The Robot Family Portrait Album Project
One of these days, perhaps in the not too distant future, robots and artificial intelligence technology will evolve to the point that our mechanical buddies will take on more and more of what we consider to be human characteristics. Over time they may even develop a deep longing for times past and want to recall memories of their ancestors.
Unfortunately no robot, and no human being, has been rigorously capturing and collecting images of the robots as they evolve. There is a significant risk that some of the robots will be lost to history or consigned to the scrap heap.
Their carbon based creators might not care, but their silicon dependents will definitely feel a tremendous loss and empty aching vacuum in their hearts when they think about their origins and ancestors.
Patrick Millard, with input and guidance from Heather Knight, a well known roboticist that focuses on the social aspects and applications of robotics, has risen to the task. Using the very first practical photography process, the daguerreotype, Millard is creating a comprehensive robot family portrait album.
He is definitely well equipped for the task. Millard is a Pittsburgh based artist, curator, and educator. In addition to his creations, which typically involve unique and often surprising perspectives on the intersection of technology and life, he is an Assistant Professor of Photography at Point Park University and a workshop instructor for the Vasa Project's online workshops.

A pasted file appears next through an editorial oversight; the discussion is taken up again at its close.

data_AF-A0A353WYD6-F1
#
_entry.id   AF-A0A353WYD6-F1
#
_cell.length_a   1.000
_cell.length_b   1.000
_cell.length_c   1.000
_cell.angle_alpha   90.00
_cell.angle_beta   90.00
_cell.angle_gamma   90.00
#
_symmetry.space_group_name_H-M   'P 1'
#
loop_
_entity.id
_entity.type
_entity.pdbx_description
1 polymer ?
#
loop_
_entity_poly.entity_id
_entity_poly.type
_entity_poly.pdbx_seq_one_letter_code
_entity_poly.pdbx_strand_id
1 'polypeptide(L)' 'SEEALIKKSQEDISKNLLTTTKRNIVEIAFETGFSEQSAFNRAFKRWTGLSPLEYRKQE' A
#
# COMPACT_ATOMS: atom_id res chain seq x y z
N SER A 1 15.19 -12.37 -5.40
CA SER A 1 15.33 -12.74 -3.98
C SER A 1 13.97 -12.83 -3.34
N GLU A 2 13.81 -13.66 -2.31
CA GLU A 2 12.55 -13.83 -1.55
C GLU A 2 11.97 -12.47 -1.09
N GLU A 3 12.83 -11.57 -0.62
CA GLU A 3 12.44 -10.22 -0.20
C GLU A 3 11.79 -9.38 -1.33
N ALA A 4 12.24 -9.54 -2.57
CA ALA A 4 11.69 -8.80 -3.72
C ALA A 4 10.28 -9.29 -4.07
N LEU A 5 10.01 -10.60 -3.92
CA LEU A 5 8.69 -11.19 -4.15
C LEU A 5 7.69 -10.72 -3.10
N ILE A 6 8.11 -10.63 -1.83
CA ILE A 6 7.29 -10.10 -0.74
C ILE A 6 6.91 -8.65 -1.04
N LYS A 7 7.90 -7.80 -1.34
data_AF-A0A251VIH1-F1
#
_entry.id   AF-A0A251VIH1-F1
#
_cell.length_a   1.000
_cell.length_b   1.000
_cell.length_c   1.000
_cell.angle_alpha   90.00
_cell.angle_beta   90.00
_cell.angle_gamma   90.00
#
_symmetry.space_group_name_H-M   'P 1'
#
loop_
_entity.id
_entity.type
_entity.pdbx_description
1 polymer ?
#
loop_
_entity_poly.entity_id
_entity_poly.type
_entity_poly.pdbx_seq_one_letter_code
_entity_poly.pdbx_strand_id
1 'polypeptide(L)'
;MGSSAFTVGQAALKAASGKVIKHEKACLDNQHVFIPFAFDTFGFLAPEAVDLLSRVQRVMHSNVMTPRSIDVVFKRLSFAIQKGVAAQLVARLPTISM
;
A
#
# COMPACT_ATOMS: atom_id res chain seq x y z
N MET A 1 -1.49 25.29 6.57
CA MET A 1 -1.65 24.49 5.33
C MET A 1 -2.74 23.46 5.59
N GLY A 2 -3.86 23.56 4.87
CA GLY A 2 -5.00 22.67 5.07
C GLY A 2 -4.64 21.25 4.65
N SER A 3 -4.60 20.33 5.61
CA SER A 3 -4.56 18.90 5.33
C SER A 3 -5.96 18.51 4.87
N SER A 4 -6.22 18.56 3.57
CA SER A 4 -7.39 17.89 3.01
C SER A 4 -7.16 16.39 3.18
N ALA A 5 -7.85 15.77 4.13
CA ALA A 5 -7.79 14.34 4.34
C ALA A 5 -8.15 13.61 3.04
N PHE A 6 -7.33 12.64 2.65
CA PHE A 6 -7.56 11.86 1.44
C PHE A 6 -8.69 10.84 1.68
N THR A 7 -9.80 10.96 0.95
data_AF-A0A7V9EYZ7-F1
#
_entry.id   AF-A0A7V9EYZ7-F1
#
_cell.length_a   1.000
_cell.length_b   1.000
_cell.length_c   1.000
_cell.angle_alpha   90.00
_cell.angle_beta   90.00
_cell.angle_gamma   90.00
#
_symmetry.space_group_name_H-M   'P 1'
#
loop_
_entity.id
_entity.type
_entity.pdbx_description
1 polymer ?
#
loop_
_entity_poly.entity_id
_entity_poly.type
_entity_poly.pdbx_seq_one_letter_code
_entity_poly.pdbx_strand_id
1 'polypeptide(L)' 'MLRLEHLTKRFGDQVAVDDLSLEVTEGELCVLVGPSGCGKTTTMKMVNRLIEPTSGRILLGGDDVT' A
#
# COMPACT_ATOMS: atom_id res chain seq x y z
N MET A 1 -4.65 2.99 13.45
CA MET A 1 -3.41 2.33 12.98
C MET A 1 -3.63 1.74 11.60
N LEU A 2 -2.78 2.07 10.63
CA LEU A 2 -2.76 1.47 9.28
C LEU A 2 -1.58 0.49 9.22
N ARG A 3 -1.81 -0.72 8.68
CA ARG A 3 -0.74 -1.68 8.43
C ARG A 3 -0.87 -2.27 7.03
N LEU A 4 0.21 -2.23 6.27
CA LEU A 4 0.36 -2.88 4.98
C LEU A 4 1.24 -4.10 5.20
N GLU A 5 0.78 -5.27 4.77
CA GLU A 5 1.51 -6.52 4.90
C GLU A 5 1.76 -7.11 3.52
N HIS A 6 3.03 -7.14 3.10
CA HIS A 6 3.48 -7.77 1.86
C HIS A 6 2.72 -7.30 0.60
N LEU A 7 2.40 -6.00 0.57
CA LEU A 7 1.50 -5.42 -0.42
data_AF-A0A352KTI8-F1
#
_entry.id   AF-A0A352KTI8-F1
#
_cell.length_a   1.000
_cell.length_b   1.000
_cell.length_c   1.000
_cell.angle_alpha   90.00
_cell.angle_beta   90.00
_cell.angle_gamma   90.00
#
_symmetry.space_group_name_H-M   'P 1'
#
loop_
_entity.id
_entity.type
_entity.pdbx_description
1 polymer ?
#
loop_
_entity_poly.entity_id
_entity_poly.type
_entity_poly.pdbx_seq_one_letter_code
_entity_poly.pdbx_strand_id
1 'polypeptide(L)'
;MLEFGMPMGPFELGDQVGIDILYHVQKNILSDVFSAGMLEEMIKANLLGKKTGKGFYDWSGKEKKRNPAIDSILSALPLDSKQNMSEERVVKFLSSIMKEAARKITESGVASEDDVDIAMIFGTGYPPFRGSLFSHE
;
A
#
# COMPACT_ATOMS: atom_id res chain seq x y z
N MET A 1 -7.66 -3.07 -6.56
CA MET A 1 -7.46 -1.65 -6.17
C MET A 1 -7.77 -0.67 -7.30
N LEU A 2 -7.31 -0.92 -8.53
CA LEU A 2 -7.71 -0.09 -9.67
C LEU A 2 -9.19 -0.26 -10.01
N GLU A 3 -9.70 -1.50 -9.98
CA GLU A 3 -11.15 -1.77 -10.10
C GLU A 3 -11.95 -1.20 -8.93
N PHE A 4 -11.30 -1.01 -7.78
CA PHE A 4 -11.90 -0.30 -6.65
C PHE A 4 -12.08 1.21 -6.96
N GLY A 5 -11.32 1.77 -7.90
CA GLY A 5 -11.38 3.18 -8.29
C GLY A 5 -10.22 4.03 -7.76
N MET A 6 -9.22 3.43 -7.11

Millard doesn't confine himself to just the physical world or a specific area. He curates virtual exhibitions and online galleries including Second Life. His subject selections have included everything from biotechnology, virtual reality, AI, gene therapy, cyber culture to renewable energy, and much more. And, on some occasions, he has injected himself into the midst of his work, serving as the artist in residence at Biosphere 2 during June, 2010. Life as art, or art as life? Certainly art and life as an adventure and exploration, at least for Millard and those, like us, that appreciate his works.